Distinguished professor James R. Carey of the UC Davis Department of Entomology and Nematology, and a senior scholar at the Center on the Economics and Demography of Aging, UC Berkeley, is the lead author of a pathbreaking book on biodemography, an interdisciplinary field uniting the natural science of biology with the social science of human demography.
The book, Biodemography: An Introduction to Concepts and Methods, is the work of Carey and Deborah Roach, a University of Virginia biology professor and a past president of the Evolutionary Demographic Society. The landmark book will be published Jan. 7 by Princeton University Press.
Carey, one of the founding fathers of the interdisciplinary field and considered the global authority on arthropod demography, describes the field of biodemography as linking a number of professions. “It is an essential resource for demographers, epidemiologists, gerontologists, and health professionals as well as ecologists, population biologists, entomologists, and conservation biologists.
“The book consolidates the literature from three parent paradigms--biology, mathematics, and demography,” said Carey, whose career spans four decades at UC Davis. Critics praise the book as “sweeping and ambitious in scope as it is bold and imaginative in design.”
"Impressive" wrote J. W. Vaupel, founding director of the Max Planck Institute for Demographic Research, Germany, in the forward. “The authors aim to enlighten and inspire and they succeed,” Vaupel wrote. He cited the important and innovative ideas, mode of explanation, and the graphic illustrations, all of which make the book “sparkle.”
Topics range from kinship theory and family demography to reliability engineering and tort law, and also demographic disasters such as the Titanic and the destruction of Napoleon's Grande Armée. It also includes an analysis about the Donner Party.
“The Donner Party disaster is one of the best-known stories in American lore,” the authors wrote. “A total of 87 men, women, and children set out for California in wagon trains from Illinois in the summer of 1846, but because of unfortunate mishaps, poor decisions, and bad luck, they became trapped by early heavy snowfall in the eastern Sierra Nevada Mountains in November. Four months later only 48 of the original 87 members of the party arrived in California alive."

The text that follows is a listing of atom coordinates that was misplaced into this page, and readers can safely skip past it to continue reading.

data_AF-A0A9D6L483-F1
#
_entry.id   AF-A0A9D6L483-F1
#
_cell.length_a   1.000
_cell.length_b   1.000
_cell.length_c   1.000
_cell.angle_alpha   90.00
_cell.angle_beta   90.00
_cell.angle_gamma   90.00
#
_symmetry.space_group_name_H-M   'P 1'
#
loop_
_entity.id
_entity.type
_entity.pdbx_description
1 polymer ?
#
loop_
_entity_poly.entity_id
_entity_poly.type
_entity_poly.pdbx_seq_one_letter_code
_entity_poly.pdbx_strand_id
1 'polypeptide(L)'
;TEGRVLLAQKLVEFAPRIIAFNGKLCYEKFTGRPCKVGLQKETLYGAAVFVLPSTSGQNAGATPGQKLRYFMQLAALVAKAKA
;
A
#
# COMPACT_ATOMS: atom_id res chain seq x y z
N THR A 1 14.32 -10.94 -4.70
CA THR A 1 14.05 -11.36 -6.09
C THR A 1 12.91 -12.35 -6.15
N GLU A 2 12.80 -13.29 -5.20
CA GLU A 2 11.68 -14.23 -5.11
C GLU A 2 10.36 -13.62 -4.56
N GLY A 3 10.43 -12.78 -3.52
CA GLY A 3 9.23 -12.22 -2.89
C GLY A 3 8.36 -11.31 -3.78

The authors point out the differences in survival, “such that the young and old died at higher rates than the middle-aged. Indeed with one exception, no individuals of ether sex beyond 49 years survived. Males not only died at roughly twice the overall rate as females, but many males also died earlier in the disaster period. Third, kinship size and association were important to survival; individuals not associated with a kinship group died at much higher rates than those who were associated with a group.”
When we thumbed through the book this week, we marveled at content. It's definitely a landmark book. We also marveled at the quote that Carey chose for the beginning of the book:
"Pure science is like a beautiful cloud of gold and scarlet that diffuses wondrous hues and beams of light in the west. It is not an illusion, but the splendor and beauty of truth. However, now the cloud rises, the winds blow it over the fields, and it takes on darker, more somber colors. It is performing a task and changing its party clothes—think of it as putting on its work shirt. It generates rain that irrigates the fields, soaking the land and preparing it for future harvests. In the end it provides humanity with its daily bread. What began as beauty for the soul and intellect ends by providing nourishment for the humble life of the body."--José Echegaray, Literature Nobel Laureate (1904), cited in “Advice for a Young Investigator” by Santiago Ramón y Cajal (1916, p. 26), Physiology and Medicine Nobel Laureate (1906).
Carey, who holds a doctorate in entomology from UC Berkeley and studied population biology for a year at Harvard while working on his doctorate, joined the UC Davis Department of Entomology in 1980. He served as the principal investigator of a 10-year, $10 million federal grant on “Aging in the Wild,” encompassing 14 scientists at 11 universities.
Highly honored for his research, teaching and public service, Carey is a fellow of four organizations; American Association for the Advancement of Science, Entomological Society of America, California Academy of Science and the Gerontological Society of America.
(Editor's Note: To purchase the book, access the Princeton University Press website.)
Author - Communications specialist